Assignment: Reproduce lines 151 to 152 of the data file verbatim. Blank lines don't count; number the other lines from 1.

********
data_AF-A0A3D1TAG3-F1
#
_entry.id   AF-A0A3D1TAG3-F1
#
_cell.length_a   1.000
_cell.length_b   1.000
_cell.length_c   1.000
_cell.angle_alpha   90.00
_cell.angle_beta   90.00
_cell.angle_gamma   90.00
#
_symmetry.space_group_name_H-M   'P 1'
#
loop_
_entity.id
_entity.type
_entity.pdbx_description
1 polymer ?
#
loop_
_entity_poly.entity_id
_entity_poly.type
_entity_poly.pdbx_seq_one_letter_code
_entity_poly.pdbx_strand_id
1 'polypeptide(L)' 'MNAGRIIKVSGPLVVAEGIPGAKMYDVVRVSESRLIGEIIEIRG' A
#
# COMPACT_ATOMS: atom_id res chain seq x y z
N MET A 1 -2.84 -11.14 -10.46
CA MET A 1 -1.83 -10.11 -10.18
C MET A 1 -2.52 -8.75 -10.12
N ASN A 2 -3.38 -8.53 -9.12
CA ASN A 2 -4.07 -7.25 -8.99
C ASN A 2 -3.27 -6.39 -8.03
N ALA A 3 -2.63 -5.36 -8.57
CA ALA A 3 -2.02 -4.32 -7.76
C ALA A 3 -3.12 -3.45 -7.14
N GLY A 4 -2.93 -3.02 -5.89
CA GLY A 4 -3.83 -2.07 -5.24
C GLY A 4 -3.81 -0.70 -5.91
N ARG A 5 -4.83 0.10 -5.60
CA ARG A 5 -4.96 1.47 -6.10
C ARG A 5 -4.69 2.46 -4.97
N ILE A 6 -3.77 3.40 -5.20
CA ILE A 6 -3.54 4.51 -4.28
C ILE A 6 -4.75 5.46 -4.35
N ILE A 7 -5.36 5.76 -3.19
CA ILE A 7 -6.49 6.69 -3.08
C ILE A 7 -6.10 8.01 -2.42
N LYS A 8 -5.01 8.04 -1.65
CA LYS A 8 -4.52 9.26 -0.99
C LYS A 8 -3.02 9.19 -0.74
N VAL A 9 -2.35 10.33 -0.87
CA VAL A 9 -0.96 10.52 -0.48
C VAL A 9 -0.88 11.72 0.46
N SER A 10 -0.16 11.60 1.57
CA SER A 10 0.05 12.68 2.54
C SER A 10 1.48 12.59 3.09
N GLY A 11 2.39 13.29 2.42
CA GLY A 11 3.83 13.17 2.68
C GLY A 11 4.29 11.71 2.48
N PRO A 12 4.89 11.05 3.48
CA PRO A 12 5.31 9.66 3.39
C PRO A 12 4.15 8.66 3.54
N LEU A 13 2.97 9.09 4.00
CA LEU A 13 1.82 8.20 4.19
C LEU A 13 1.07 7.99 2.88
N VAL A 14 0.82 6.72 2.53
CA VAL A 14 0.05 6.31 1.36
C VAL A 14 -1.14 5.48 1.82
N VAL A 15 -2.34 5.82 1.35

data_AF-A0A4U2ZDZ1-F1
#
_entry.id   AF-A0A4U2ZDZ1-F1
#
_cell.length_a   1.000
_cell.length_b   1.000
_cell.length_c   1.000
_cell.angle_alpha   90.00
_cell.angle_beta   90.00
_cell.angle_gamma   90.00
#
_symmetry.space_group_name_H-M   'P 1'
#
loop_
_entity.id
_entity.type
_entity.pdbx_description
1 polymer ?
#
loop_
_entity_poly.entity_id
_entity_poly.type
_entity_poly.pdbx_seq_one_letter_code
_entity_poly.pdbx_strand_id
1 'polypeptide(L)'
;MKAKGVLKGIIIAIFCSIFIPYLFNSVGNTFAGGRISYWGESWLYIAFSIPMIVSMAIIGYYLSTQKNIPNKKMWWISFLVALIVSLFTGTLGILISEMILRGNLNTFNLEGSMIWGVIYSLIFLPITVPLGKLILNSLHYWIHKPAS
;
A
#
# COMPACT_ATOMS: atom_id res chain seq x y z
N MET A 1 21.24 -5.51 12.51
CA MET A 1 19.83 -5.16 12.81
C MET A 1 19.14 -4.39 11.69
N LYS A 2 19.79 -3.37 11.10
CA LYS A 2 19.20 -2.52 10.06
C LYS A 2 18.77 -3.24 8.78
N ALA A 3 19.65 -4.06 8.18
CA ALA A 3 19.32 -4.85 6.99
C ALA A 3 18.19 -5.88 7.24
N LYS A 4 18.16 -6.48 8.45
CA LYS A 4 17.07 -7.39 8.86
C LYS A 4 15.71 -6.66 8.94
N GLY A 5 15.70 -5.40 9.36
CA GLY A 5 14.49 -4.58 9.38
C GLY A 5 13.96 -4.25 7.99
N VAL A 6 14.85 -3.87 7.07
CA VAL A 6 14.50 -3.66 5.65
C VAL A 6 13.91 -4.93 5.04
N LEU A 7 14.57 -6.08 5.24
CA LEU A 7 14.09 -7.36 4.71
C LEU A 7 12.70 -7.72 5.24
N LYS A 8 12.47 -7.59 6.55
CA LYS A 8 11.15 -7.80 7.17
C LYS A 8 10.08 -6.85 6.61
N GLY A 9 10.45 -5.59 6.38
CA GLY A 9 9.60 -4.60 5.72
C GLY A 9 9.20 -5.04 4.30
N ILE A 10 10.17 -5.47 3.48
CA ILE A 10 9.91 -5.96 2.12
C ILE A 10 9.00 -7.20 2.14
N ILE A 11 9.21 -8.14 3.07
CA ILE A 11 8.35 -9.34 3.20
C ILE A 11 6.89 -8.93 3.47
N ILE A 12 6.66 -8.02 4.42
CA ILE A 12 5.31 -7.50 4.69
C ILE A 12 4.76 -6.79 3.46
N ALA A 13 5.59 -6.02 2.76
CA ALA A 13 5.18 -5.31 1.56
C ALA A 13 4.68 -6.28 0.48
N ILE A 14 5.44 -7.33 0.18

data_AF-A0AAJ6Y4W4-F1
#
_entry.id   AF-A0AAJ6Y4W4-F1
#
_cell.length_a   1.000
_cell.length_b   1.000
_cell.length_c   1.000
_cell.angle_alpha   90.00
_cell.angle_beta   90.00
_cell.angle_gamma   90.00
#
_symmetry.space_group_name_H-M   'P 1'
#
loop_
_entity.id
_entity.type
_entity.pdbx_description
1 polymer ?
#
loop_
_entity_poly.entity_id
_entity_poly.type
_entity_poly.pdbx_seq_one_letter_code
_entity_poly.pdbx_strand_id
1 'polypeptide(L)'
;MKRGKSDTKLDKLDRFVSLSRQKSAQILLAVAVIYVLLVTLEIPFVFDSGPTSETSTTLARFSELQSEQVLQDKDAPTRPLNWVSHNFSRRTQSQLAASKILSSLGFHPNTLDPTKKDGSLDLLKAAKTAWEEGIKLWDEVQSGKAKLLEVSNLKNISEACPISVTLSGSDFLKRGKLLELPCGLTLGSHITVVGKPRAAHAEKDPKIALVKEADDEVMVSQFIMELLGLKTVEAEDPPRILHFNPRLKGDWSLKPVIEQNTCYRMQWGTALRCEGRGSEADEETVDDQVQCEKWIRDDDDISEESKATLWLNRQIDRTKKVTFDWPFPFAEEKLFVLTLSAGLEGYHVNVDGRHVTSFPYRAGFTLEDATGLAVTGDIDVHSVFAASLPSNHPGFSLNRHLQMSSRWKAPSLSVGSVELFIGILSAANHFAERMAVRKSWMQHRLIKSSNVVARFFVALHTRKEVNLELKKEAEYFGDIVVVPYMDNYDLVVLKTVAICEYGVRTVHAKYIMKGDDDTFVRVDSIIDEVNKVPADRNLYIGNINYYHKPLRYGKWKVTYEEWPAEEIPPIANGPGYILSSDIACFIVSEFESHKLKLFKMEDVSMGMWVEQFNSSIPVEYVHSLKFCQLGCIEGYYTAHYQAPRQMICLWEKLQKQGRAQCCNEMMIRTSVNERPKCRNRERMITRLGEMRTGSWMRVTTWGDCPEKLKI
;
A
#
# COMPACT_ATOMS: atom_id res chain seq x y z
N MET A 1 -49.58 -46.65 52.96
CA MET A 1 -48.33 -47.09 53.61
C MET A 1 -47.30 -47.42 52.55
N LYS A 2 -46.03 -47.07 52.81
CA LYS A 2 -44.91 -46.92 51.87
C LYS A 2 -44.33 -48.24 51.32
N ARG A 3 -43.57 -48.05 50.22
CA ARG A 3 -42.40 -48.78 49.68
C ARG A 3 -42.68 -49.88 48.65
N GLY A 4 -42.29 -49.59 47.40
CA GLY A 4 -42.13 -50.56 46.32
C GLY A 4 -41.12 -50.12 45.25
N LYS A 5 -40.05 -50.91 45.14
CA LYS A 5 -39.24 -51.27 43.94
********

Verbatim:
#
_symmetry.space_group_name_H-M   'P 1'